by Eve Sprunt

Recent college graduates hired as part of the big crew change don’t fully appreciate how much the business environment has changed. For them the recent oil boom is a large fraction of their lives. As students they heard about the huge challenges the oil industry faced in recruiting and training new employees. They were conditioned to ask potential employers about career paths, mentoring, benefits, and work-life balance. On the job, they received training that involved fun travel and personal mentors. Money flowed freely in the form of perks, raises, and promotions. In short, they have lived in a world in which their talent was in high demand.

The economic pendulum has now swung to the other extreme. The job market has shifted from one in which students had many choices to one in which employers can pick and choose from many applicants.

When oil price dropped in the 1980’s, I was as clueless as the big crew change group is now about how this type of shift impacted me as someone who was already employed. I had become accustomed to getting significant raises and promotions annually or sometimes even more often. Just before the oil price dropped, my employer, Mobil Oil, granted zero interest loans with the loan being forgiven if you continued to work for the company for three more years.

When I attended my first management course in the early 1980’s, the instructor explained that my generation had very different values from the preceding depression era generation. In particular, he said companies had to rethink how to manage employees, who didn’t value job security. He explained the motivational differences between the generations in the context of Maslow’s hierarchy of values. Abraham Maslow in his 1943 paper, “A Theory of Human Motivation,” described five levels of human needs starting with physiological, next safety, then love and belonging, then esteem, and finally at the top self-actualization. ('s_hierarchy_of_needs) Maslow’s concept was that people didn’t worry about the higher levels until their more fundamental needs were satisfied.

Employees, who had lived through the Great Depression, worried about keeping a roof over their heads and providing for their families. As a result of deprivation in their formative years, that generation wasn’t seeking esteem and self-actualization through their employment. Job security and retirement benefits were the big motivators for them.

In my early 1980’s class, the instructor, described baby boomers as being spoilt by growing up in relatively affluent times and therefore focused on esteem and self-actualization, because all of their more basic needs had always been met. What employers would have to do to motivate the baby boomers was described as being permanently different than for the depression generation, because early experiences were believed to have the greatest impact. Adult value systems were viewed as nearly immutable. The assumption was that baby boomers would always require different motivators than the preceding generation that addressed the esteem and self-actualization levels in Maslow’s hierarchy.

When oil price started dropping in the 1980’s, I wasn’t accustomed to paying attention to either the oil price or the company’s stock price. I was surprised when those prices started being posted daily at the front entrance of my work place. I didn’t understand why the same level of performance on my part, resulted in less reward in terms ratings, raises and promotions. The discussions focused on my performance, not on how what was happening to me reflected bigger changes in the industry. Top executives continued to talk about their concerns about industry demographics. The mixed signals were very confusing to me.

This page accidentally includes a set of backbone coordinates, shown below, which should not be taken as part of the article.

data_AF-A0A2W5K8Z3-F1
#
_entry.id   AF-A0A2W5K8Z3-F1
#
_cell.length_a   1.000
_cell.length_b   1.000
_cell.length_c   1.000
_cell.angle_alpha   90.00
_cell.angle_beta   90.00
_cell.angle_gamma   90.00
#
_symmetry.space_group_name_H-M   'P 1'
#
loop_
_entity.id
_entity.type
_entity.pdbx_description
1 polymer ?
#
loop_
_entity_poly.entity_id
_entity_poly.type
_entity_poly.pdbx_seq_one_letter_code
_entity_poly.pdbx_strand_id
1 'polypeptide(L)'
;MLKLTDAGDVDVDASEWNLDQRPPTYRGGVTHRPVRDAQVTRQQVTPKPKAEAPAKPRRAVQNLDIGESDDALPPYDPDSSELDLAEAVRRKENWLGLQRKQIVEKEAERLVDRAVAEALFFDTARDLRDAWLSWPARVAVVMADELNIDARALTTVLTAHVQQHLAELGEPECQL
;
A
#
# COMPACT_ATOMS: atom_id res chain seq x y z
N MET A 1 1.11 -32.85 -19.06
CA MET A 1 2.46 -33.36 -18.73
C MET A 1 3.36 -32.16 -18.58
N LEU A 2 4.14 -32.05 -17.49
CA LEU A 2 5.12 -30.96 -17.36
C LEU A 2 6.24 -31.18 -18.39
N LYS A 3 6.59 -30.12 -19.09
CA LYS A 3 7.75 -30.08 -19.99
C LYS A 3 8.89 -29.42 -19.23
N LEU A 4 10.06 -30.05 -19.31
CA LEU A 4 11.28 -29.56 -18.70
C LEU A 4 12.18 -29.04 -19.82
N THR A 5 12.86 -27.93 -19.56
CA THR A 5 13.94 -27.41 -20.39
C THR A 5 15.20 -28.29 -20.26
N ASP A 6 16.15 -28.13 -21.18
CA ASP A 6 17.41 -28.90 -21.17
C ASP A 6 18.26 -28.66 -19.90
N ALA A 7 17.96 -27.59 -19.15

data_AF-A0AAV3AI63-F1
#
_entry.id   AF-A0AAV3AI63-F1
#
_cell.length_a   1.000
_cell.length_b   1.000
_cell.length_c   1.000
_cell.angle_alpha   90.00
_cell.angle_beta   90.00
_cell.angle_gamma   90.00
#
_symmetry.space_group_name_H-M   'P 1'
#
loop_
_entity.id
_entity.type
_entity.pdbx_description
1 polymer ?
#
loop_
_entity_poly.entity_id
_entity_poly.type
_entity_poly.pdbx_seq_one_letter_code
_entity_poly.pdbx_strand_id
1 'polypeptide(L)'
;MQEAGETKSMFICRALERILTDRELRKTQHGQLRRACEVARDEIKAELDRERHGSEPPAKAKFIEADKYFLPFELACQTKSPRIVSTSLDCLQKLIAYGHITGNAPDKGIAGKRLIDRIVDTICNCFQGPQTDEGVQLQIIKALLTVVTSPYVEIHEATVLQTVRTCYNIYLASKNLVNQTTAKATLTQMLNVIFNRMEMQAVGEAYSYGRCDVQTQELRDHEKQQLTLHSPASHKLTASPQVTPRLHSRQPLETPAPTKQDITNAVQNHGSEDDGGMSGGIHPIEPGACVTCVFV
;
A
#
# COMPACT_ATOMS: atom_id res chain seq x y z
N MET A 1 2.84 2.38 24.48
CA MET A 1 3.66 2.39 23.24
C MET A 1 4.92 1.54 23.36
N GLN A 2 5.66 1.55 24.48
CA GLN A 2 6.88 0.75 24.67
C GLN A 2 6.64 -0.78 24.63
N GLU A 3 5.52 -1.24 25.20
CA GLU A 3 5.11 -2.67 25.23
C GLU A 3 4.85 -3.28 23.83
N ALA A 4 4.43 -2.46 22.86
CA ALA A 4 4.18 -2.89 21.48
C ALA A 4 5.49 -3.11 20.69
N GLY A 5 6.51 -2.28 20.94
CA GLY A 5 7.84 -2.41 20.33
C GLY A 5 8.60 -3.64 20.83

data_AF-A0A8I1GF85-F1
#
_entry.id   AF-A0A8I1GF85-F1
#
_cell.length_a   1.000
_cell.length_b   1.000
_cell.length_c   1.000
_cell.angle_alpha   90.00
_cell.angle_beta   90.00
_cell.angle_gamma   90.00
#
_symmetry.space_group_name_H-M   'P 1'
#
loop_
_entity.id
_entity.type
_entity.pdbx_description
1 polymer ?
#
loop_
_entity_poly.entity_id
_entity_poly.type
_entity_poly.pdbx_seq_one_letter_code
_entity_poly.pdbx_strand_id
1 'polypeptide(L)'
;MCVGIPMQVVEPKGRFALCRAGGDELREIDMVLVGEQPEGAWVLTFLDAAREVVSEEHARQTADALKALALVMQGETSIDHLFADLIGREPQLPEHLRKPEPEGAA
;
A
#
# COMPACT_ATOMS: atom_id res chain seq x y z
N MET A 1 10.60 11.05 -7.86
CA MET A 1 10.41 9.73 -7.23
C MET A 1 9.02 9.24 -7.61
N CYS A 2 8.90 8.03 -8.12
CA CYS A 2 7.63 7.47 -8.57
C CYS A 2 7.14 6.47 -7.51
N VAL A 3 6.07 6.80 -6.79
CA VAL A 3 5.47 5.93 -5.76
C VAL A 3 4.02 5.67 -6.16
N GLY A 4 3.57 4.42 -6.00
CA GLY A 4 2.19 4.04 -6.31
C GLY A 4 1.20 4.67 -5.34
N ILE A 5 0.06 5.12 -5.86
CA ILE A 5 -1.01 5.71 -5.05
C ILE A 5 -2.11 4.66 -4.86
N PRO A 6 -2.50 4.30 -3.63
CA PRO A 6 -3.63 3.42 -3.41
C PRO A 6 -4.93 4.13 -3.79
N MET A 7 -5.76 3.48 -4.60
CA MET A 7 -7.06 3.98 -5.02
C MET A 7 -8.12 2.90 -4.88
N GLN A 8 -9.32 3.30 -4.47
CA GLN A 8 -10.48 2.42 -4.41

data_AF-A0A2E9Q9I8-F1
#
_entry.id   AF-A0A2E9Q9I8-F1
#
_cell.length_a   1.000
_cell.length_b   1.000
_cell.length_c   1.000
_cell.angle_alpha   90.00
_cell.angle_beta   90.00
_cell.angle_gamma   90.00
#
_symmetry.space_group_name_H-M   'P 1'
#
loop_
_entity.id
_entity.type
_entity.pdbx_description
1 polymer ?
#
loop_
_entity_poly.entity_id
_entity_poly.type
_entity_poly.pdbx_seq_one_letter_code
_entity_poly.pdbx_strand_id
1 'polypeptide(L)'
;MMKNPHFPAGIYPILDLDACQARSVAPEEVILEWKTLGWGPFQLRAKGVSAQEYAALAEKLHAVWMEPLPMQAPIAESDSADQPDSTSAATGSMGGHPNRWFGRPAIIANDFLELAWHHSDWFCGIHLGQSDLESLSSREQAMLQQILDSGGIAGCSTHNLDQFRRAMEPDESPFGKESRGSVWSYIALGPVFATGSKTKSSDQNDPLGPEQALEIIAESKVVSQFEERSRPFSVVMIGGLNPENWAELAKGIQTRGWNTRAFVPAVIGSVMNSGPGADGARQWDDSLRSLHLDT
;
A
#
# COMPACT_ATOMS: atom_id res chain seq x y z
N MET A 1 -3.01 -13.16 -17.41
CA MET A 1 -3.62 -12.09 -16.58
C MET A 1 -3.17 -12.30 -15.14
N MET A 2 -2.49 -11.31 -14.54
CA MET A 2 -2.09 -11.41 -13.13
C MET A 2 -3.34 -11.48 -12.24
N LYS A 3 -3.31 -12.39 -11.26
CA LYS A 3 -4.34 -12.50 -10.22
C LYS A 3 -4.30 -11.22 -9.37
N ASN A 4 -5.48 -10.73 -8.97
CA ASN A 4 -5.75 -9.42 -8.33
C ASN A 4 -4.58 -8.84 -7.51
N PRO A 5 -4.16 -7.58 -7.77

Layoffs, every couple of years created an atmosphere of fear. After my husband lost his job in another industry, I constantly worried about losing mine. Surviving two layoffs in which 50% of my work group was let go and many smaller ones left deep scars. I had a strong appreciation of job security. It was very high on my list of what I wanted from an employer. Traumatic experiences can alter adults’ values.

I didn’t give up on the higher needs, esteem and self-actualization. Since I no longer expected my employer to address those needs, I sought fulfillment in those areas from my involvement with the Society of Petroleum Engineers.

I’ve had a sense of déjà vu hearing the descriptions of the big crew change worker’s motivational needs. Now that oil price has dropped, we need to explain to them how that may affect their work environment. My generation, the baby boomers, speculates on potential downsizing and how it might impact them. Meanwhile, the big crew change group hasn’t really grasped that as a result of the reduction in industry activity, there is no longer a shortage of experienced oil industry professionals. They have been feed several years of rhetoric about how much the industry needs them. They selected their employers based on what the companies offered to do for them. They don’t have experience with how the change in the job market affects those who are still employed.

Part of our mentoring should be to advise the big crew change group on surviving an industry down turn. We should explain why they should no longer ask, “What can my company do for me?” We should coach them on survival skills that we have learned from the school of hard knocks. The question for the current economic environment is, “What can I do for my company?”

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